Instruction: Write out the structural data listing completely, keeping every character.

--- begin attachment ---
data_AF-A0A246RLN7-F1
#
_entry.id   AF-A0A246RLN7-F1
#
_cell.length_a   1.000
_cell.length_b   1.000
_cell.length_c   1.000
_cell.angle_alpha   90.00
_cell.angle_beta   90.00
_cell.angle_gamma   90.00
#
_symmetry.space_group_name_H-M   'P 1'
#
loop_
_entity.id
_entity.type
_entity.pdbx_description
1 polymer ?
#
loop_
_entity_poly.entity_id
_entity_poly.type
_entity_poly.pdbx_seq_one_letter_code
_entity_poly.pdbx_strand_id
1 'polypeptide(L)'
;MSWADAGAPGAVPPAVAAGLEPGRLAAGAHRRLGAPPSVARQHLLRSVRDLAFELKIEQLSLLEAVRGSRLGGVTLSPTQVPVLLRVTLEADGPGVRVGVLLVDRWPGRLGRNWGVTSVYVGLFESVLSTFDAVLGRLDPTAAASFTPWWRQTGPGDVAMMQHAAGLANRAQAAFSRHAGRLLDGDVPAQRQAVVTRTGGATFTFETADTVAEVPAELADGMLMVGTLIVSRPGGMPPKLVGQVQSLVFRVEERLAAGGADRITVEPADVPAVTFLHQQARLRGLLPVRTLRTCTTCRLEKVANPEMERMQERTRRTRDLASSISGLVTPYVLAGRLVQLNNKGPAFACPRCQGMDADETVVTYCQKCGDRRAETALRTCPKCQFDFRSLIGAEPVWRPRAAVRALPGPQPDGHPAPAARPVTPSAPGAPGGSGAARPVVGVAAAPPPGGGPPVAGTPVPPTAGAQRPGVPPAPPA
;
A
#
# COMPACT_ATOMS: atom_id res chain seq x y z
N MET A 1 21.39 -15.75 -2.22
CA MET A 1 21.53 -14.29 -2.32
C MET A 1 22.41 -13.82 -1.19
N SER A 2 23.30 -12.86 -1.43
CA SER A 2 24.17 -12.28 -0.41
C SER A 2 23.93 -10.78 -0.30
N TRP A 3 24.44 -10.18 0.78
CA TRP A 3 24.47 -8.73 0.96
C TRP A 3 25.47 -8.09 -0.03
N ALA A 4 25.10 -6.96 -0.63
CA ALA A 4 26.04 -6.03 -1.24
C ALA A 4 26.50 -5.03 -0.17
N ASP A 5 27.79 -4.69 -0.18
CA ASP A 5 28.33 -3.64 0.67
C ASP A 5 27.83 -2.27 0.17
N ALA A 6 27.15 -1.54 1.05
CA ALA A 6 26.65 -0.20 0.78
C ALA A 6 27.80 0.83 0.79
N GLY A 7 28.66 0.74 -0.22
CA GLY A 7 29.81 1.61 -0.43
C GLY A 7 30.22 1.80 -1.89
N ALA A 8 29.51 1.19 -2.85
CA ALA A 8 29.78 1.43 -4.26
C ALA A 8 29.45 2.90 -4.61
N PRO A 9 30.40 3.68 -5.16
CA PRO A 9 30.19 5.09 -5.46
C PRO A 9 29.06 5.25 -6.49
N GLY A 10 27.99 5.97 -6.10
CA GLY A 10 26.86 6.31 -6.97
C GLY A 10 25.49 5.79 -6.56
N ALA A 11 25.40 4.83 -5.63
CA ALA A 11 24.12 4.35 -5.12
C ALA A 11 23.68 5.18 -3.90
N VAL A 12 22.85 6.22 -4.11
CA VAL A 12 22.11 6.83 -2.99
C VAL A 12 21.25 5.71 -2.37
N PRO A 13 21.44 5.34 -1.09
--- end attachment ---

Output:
data_AF-A0A246RLN7-F1
#
_entry.id   AF-A0A246RLN7-F1
#
_cell.length_a   1.000
_cell.length_b   1.000
_cell.length_c   1.000
_cell.angle_alpha   90.00
_cell.angle_beta   90.00
_cell.angle_gamma   90.00
#
_symmetry.space_group_name_H-M   'P 1'
#
loop_
_entity.id
_entity.type
_entity.pdbx_description
1 polymer ?
#
loop_
_entity_poly.entity_id
_entity_poly.type
_entity_poly.pdbx_seq_one_letter_code
_entity_poly.pdbx_strand_id
1 'polypeptide(L)'
;MSWADAGAPGAVPPAVAAGLEPGRLAAGAHRRLGAPPSVARQHLLRSVRDLAFELKIEQLSLLEAVRGSRLGGVTLSPTQVPVLLRVTLEADGPGVRVGVLLVDRWPGRLGRNWGVTSVYVGLFESVLSTFDAVLGRLDPTAAASFTPWWRQTGPGDVAMMQHAAGLANRAQAAFSRHAGRLLDGDVPAQRQAVVTRTGGATFTFETADTVAEVPAELADGMLMVGTLIVSRPGGMPPKLVGQVQSLVFRVEERLAAGGADRITVEPADVPAVTFLHQQARLRGLLPVRTLRTCTTCRLEKVANPEMERMQERTRRTRDLASSISGLVTPYVLAGRLVQLNNKGPAFACPRCQGMDADETVVTYCQKCGDRRAETALRTCPKCQFDFRSLIGAEPVWRPRAAVRALPGPQPDGHPAPAARPVTPSAPGAPGGSGAARPVVGVAAAPPPGGGPPVAGTPVPPTAGAQRPGVPPAPPA
;
A
#
# COMPACT_ATOMS: atom_id res chain seq x y z
N MET A 1 21.39 -15.75 -2.22
CA MET A 1 21.53 -14.29 -2.32
C MET A 1 22.41 -13.82 -1.19
N SER A 2 23.30 -12.86 -1.43
CA SER A 2 24.17 -12.28 -0.41
C SER A 2 23.93 -10.78 -0.30
N TRP A 3 24.44 -10.18 0.78
CA TRP A 3 24.47 -8.73 0.96
C TRP A 3 25.47 -8.09 -0.03
N ALA A 4 25.10 -6.96 -0.63
CA ALA A 4 26.04 -6.03 -1.24
C ALA A 4 26.50 -5.03 -0.17
N ASP A 5 27.79 -4.69 -0.18
CA ASP A 5 28.33 -3.64 0.67
C ASP A 5 27.83 -2.27 0.17
N ALA A 6 27.15 -1.54 1.05
CA ALA A 6 26.65 -0.20 0.78
C ALA A 6 27.80 0.83 0.79
N GLY A 7 28.66 0.74 -0.22
CA GLY A 7 29.81 1.61 -0.43
C GLY A 7 30.22 1.80 -1.89
N ALA A 8 29.51 1.19 -2.85
CA ALA A 8 29.78 1.43 -4.26
C ALA A 8 29.45 2.90 -4.61
N PRO A 9 30.40 3.68 -5.16
CA PRO A 9 30.19 5.09 -5.46
C PRO A 9 29.06 5.25 -6.49
N GLY A 10 27.99 5.97 -6.10
CA GLY A 10 26.86 6.31 -6.97
C GLY A 10 25.49 5.79 -6.56
N ALA A 11 25.40 4.83 -5.63
CA ALA A 11 24.12 4.35 -5.12
C ALA A 11 23.68 5.18 -3.90
N VAL A 12 22.85 6.22 -4.11
CA VAL A 12 22.11 6.83 -2.99
C VAL A 12 21.25 5.71 -2.37
N PRO A 13 21.44 5.34 -1.09